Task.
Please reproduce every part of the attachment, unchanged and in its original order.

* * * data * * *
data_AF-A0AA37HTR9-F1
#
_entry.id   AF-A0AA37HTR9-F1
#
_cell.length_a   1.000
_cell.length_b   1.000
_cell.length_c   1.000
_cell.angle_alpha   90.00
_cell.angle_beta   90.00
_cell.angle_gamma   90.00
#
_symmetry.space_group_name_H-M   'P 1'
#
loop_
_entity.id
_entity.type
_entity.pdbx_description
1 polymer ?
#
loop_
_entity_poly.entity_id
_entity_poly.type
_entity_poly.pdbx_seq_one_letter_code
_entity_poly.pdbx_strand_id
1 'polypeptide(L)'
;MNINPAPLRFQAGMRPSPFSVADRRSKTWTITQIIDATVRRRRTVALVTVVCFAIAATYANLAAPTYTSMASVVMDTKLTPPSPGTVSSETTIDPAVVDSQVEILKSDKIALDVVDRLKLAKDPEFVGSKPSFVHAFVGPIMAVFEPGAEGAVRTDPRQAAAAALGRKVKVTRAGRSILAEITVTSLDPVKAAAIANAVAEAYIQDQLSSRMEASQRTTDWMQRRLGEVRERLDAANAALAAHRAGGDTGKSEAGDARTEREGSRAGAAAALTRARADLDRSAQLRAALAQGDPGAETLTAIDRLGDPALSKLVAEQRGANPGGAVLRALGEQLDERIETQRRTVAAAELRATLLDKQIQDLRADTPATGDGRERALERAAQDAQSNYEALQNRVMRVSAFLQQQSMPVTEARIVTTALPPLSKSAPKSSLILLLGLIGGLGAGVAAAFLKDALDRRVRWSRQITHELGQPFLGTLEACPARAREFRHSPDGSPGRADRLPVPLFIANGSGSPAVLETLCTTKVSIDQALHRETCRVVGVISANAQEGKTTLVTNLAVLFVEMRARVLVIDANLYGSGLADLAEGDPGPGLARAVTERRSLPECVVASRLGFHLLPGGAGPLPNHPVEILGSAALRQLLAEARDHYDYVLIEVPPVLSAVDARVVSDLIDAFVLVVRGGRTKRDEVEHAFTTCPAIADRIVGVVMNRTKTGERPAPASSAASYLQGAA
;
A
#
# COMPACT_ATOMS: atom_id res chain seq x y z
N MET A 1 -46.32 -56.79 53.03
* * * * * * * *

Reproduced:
data_AF-A0AA37HTR9-F1
#
_entry.id   AF-A0AA37HTR9-F1
#
_cell.length_a   1.000
_cell.length_b   1.000
_cell.length_c   1.000
_cell.angle_alpha   90.00
_cell.angle_beta   90.00
_cell.angle_gamma   90.00
#
_symmetry.space_group_name_H-M   'P 1'
#
loop_
_entity.id
_entity.type
_entity.pdbx_description
1 polymer ?
#
loop_
_entity_poly.entity_id
_entity_poly.type
_entity_poly.pdbx_seq_one_letter_code
_entity_poly.pdbx_strand_id
1 'polypeptide(L)'
;MNINPAPLRFQAGMRPSPFSVADRRSKTWTITQIIDATVRRRRTVALVTVVCFAIAATYANLAAPTYTSMASVVMDTKLTPPSPGTVSSETTIDPAVVDSQVEILKSDKIALDVVDRLKLAKDPEFVGSKPSFVHAFVGPIMAVFEPGAEGAVRTDPRQAAAAALGRKVKVTRAGRSILAEITVTSLDPVKAAAIANAVAEAYIQDQLSSRMEASQRTTDWMQRRLGEVRERLDAANAALAAHRAGGDTGKSEAGDARTEREGSRAGAAAALTRARADLDRSAQLRAALAQGDPGAETLTAIDRLGDPALSKLVAEQRGANPGGAVLRALGEQLDERIETQRRTVAAAELRATLLDKQIQDLRADTPATGDGRERALERAAQDAQSNYEALQNRVMRVSAFLQQQSMPVTEARIVTTALPPLSKSAPKSSLILLLGLIGGLGAGVAAAFLKDALDRRVRWSRQITHELGQPFLGTLEACPARAREFRHSPDGSPGRADRLPVPLFIANGSGSPAVLETLCTTKVSIDQALHRETCRVVGVISANAQEGKTTLVTNLAVLFVEMRARVLVIDANLYGSGLADLAEGDPGPGLARAVTERRSLPECVVASRLGFHLLPGGAGPLPNHPVEILGSAALRQLLAEARDHYDYVLIEVPPVLSAVDARVVSDLIDAFVLVVRGGRTKRDEVEHAFTTCPAIADRIVGVVMNRTKTGERPAPASSAASYLQGAA
;
A
#
# COMPACT_ATOMS: atom_id res chain seq x y z
N MET A 1 -46.32 -56.79 53.03